Lindsey Graham
Lindsey GrahamReuters

Senator Lindsey Graham (R-SC), who has been one of the most vocal critics of President Donald Trump’s decision to move US troops out of northeastern Syria, appeared to change his stance on Sunday, saying he now believed “historic solutions” were possible.

Speaking with Fox News Channel, Graham said a conversation he had with Trump over the weekend had fueled his optimism that a solution could be reached in which the security of Turkey and the Kurds was guaranteed and fighters from Islamic State (ISIS) would be contained.

“I am increasingly optimistic that we can have some historic solutions in Syria that have eluded us for years if we play our cards right,” Graham told the network.

Graham added that Trump was prepared to use US air power over a demilitarized zone occupied by international forces, adding that the use of air power could help ensure ISIS fighters who had been held in the area did not “break out.”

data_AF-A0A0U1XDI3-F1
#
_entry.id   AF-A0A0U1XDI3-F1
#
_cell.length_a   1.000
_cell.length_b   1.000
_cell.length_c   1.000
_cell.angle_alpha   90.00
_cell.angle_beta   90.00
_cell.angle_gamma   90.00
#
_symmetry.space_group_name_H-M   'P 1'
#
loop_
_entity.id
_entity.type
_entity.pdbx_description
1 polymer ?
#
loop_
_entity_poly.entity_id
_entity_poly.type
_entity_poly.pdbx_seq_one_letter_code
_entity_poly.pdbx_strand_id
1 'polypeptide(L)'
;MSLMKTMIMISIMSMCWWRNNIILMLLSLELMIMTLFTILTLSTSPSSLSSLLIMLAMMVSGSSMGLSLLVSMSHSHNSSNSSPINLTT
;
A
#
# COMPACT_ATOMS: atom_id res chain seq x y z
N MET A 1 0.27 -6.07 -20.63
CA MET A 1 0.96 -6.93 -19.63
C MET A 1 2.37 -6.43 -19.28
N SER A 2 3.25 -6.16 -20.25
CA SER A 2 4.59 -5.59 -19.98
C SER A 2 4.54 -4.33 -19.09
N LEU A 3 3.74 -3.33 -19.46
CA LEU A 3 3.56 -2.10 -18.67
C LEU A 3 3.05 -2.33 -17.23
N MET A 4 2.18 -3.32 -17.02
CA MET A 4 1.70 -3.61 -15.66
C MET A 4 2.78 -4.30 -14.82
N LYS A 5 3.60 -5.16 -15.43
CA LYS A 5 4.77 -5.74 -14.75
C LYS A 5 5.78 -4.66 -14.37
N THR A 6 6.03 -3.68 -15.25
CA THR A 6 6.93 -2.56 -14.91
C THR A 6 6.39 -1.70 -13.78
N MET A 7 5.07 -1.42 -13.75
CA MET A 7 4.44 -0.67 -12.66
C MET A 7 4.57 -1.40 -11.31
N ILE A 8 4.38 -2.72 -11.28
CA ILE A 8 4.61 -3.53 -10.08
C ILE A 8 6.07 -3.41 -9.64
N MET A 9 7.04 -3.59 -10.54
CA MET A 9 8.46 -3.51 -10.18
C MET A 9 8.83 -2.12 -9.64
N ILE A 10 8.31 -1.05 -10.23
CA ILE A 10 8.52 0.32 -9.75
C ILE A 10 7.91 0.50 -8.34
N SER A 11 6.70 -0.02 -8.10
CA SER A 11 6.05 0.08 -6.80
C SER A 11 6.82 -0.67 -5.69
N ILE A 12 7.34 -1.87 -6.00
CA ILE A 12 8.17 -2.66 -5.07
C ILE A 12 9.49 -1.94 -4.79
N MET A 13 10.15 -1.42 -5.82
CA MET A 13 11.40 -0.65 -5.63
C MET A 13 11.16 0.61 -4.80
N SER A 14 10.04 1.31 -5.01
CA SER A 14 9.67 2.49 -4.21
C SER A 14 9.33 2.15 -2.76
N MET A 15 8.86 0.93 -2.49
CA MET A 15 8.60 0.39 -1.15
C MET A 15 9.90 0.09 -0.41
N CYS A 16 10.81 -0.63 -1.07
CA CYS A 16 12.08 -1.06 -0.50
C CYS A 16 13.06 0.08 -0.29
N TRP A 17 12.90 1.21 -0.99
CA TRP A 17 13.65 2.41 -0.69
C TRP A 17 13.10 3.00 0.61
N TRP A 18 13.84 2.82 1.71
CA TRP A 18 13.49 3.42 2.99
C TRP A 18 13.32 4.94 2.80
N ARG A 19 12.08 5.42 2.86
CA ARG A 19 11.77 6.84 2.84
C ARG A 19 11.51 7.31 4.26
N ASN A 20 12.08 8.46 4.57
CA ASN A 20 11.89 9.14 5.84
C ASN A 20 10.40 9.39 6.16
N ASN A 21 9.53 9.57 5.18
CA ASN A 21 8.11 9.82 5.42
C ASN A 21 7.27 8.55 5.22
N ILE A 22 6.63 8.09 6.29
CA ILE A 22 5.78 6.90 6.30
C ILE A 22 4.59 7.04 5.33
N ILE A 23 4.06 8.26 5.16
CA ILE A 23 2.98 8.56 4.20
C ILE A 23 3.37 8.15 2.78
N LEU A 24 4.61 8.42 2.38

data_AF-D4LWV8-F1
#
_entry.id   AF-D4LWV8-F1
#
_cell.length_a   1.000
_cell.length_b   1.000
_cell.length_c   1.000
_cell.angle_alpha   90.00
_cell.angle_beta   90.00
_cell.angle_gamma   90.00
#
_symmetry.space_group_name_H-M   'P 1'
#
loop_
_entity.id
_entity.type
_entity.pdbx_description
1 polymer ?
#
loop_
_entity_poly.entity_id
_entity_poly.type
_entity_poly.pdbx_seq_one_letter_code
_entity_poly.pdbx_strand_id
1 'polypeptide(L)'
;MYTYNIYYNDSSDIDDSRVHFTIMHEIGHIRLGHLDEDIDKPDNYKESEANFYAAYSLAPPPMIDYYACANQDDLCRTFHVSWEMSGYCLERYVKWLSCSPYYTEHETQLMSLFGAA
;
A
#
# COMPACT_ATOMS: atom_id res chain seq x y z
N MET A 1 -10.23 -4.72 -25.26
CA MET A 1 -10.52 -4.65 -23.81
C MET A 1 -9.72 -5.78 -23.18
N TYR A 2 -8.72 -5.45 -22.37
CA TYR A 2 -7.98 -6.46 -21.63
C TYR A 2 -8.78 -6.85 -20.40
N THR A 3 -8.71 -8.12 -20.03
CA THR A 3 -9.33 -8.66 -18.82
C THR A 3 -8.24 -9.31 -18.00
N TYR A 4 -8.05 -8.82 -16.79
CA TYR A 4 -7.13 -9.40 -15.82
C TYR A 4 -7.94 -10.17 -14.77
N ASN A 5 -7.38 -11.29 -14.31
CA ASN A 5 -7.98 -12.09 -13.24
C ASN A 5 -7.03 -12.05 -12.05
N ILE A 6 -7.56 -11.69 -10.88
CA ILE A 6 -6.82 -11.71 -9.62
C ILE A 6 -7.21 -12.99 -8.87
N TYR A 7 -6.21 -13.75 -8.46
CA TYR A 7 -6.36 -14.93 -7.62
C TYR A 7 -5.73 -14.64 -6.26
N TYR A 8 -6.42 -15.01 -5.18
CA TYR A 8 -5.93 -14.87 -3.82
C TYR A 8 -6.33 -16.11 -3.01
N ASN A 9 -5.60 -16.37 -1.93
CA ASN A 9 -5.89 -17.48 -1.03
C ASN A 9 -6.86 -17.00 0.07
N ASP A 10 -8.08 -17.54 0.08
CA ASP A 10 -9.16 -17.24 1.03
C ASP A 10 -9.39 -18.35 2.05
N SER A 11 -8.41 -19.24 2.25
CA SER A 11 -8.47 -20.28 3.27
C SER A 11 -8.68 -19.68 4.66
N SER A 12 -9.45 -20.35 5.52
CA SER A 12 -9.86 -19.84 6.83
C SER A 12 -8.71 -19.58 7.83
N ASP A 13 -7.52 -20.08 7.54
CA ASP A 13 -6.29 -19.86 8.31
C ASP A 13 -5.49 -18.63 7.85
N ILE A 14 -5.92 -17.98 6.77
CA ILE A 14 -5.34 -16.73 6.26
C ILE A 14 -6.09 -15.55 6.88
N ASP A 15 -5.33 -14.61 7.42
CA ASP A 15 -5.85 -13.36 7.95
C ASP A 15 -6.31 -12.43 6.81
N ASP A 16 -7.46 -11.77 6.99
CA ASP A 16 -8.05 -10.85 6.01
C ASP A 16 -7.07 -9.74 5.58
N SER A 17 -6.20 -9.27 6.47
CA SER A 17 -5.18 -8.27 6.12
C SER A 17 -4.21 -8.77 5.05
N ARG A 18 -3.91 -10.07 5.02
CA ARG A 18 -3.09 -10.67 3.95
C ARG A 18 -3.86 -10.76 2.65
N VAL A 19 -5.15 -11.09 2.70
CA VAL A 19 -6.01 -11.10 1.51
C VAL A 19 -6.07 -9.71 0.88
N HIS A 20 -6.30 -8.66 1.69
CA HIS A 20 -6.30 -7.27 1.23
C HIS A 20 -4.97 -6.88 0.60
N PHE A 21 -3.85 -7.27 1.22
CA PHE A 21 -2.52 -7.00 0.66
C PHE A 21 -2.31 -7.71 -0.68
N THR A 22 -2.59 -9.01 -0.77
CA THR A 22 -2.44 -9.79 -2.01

Turkey recently launched a military operation in northeastern Syria, in an attempt to push out Kurdish militias which are allies of the US but viewed by Turkey as terrorists.

The operation began three days after Trump’s announcement of a withdrawal of US forces in northeastern Syria, with some arguing the move was an authorization for Turkey to invade the region.

Graham had expressed opposition to Trump’s sudden decision soon after it was made, warning such a move would be a “nightmare for Israel”.

Later, after Prime Minister Binyamin Netanyahu condemned the Turkish invasion of the Kurdish areas in Syria, Graham stated, “Could not agree with Prime Minister Netanyahu more. Turkey’s invasion of northern Syria attacking one of America’s most reliable allies – the Kurds -- is a nightmare for the US and Israel.”

Graham said in Sunday’s interview he believed the United States and Kurdish forces could establish a venture to modernize Syrian oil fields, with the revenue flowing to the Kurds.

“President Trump is thinking outside the box,” he stated. “The president appreciates what the Kurds have done. He wants to make sure ISIS does not come back. I expect we will continue to partner with the Kurds in Eastern Syria to make sure ISIS does not re-emerge.”

(Arutz Sheva’s North American desk is keeping you updated until the start of Simchat Torah and Shmini Atzeret in New York. The time posted automatically on all Arutz Sheva articles, however, is Israeli time.)